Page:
HIIT is a training protocol that involves periods of maximum effort followed by active rest. For example, you could sprint as fast as you can for 60 seconds, followed by walking for 60 seconds, then repeat. Such a workout could be completed in 30 minutes or less.
Advocates of HIIT, such as the good people at Simply Shredded, argue that HIIT, as opposed to steady state cardio, is a better way to burn calories and reduce body fat. They highlight some of the research that has led them to this conclusion:
"One of the earliest studies, done by researchers at Laval University (Ste-Foy, Quebec, Canada), kept it basic, using two groups in a months-long experiment. One group followed a 15-week program using HIIT while the other performed only steady-state cardio for 20 weeks. Proponents of steady-state training were pleased to hear that those subjects burned 15,000 calories more than their HIIT counterparts. Those who followed the HIIT program, however, lost significantly more body fat. A 2001 study from East Tennessee State University (Johnson City) demonstrated similar findings with subjects who followed an eight-week HIIT program. Again, HIIT proved to be the better fat-burner–subjects dropped 2% body fat over the course of the experiment. Meanwhile, those who plodded through the eight weeks on a steady-state program lost no body fat."
Another advantage of HIIT, according to Jerry Yuhara, CPT, PES of Breakthrough Personal Training in Palo Alto, CA is that there is more of an anabolic, or building, effect on cells. With HIIT, there is a bigger increase in testosterone and growth hormone than in steady state cardio. These anabolic hormones promote fat loss and muscle gain, which results in the leaner look we are seeking when we do cardio.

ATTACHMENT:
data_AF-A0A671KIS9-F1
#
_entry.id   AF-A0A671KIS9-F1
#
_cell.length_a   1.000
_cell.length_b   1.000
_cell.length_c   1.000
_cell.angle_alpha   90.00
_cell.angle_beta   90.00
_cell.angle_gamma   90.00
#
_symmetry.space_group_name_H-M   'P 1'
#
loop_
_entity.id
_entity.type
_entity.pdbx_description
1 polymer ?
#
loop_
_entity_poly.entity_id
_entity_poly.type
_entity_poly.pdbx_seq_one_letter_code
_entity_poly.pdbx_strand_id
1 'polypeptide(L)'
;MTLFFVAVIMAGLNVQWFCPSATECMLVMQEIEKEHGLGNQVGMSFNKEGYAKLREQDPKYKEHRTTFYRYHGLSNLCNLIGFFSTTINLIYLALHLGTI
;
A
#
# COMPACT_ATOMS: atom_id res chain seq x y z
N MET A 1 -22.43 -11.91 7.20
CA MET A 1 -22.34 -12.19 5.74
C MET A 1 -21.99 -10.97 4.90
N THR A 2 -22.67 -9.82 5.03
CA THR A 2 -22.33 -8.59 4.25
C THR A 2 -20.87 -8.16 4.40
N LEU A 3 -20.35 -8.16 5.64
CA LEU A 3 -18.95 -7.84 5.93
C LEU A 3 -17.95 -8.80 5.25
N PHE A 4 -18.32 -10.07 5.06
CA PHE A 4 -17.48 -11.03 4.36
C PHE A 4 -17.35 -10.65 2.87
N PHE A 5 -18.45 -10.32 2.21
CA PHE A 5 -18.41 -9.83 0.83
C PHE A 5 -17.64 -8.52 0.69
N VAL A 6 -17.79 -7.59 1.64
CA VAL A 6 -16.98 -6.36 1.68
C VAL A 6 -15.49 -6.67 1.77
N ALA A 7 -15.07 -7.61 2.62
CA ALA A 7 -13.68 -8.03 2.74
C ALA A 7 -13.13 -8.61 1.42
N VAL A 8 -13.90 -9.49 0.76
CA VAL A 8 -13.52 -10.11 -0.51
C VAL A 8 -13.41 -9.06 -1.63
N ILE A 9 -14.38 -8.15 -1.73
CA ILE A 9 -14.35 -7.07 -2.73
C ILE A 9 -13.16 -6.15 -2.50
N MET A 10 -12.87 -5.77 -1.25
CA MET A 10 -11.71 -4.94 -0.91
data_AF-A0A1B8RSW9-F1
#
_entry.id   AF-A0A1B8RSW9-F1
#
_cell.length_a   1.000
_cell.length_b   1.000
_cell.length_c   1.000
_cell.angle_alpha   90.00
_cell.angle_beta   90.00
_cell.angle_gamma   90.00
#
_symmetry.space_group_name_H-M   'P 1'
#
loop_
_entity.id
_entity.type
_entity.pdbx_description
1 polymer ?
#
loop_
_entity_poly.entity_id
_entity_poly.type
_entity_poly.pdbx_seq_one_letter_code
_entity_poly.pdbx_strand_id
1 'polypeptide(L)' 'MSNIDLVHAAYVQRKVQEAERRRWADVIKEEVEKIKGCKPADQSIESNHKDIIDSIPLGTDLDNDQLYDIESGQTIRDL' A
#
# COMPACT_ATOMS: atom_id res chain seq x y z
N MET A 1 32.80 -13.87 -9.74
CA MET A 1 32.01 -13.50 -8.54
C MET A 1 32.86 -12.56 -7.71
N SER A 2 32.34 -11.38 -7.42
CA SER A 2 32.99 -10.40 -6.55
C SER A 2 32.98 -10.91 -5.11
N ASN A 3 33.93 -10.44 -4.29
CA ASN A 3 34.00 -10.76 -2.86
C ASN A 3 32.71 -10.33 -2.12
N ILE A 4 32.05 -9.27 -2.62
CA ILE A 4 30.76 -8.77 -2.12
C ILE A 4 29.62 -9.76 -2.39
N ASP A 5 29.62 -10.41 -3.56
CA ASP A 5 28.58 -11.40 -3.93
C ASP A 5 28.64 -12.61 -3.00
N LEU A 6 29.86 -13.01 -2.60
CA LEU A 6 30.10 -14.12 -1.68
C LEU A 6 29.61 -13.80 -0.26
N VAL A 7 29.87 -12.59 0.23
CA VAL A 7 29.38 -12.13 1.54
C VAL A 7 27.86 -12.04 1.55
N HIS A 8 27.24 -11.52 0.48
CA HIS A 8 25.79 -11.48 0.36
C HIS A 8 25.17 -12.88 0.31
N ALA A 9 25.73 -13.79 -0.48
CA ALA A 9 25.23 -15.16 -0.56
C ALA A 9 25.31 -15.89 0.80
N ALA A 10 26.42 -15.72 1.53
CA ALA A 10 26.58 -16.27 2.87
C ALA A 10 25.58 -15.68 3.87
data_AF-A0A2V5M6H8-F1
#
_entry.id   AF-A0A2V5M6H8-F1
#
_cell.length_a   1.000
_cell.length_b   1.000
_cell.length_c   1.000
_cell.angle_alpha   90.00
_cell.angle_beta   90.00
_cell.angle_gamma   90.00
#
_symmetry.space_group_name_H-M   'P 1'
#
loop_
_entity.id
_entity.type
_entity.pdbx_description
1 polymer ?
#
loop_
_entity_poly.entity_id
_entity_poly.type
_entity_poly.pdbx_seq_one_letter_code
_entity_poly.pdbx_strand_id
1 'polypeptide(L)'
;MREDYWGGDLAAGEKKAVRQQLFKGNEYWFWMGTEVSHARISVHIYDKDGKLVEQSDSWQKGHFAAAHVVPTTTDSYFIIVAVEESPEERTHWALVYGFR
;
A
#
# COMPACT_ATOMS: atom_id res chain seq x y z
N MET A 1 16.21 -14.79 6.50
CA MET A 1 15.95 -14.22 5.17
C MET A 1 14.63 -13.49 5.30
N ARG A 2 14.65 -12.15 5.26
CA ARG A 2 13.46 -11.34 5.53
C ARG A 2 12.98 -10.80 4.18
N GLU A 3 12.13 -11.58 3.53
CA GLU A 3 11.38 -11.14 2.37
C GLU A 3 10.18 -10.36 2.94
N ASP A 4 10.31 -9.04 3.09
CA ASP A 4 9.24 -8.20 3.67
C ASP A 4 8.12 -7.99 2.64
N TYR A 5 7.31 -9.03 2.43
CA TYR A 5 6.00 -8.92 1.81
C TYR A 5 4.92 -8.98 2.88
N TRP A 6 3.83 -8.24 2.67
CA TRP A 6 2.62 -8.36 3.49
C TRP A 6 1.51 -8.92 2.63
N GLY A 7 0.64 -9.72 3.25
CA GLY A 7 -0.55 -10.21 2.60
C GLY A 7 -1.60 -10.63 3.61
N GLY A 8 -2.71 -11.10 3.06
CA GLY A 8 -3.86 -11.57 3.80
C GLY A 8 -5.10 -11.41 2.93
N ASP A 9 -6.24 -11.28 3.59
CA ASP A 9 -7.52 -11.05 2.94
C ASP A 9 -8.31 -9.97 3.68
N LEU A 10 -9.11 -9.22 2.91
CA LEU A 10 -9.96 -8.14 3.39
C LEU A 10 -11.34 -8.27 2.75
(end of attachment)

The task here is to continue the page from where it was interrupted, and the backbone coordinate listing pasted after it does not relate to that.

Below is an example of a HIIT routine, created by Simply Shredded. If you are a beginner, you can modify the time, doing 30 seconds for each sprint. Try this at least 3x a week and "fine tune your fat fighting machine.
Warmup 2-3 min.
Walk 1 min.
Sprint 1 min.
Repeat walk/sprint cycle 12 times.
Cool-down 2-3 min.
TOTAL: 28-30 minutes
Despite this and other research showing the benefits of HIIT over steady state cardio, everyone is not sold on it as a superior method of fat loss. Belgium trainer Mehdi Hadim, (pictured left) "The New Muscles from Brussels", points out that in 30 minutes of HIIT, he burns 324 calories vs. 481 calories during 45 minutes of steady state cardio.
Since weight loss is a simple mathematical formula--burn more calories, lose more weight--steady state cardio proves superior in this aspect. While there is no disputing this simple fact, there is a bigger picture to consider.
Sustained aerobic activity leads to an increase in the hormone cortisol, a catabolic agent that can wreak havoc on your body. Excessive cortisol breaks down muscle tissue and slows down your metabolism as a result of this muscle loss. Your weight loss comes at a steep price.
This destructive nature of steady state cardio is why weight training is superior to cardiovascular training for fat loss. This is despite the fact that you burn more calories in one hour of cardiovascular training than you do in one hour of weight training.
Losing fat and building lean muscle tissue are about altering your body composition via strength training and HIIT. Are there exceptions? Of course there are. However, in general, HIIT is the way to go to get the leaner body you want and deserve.
What are you waiting for?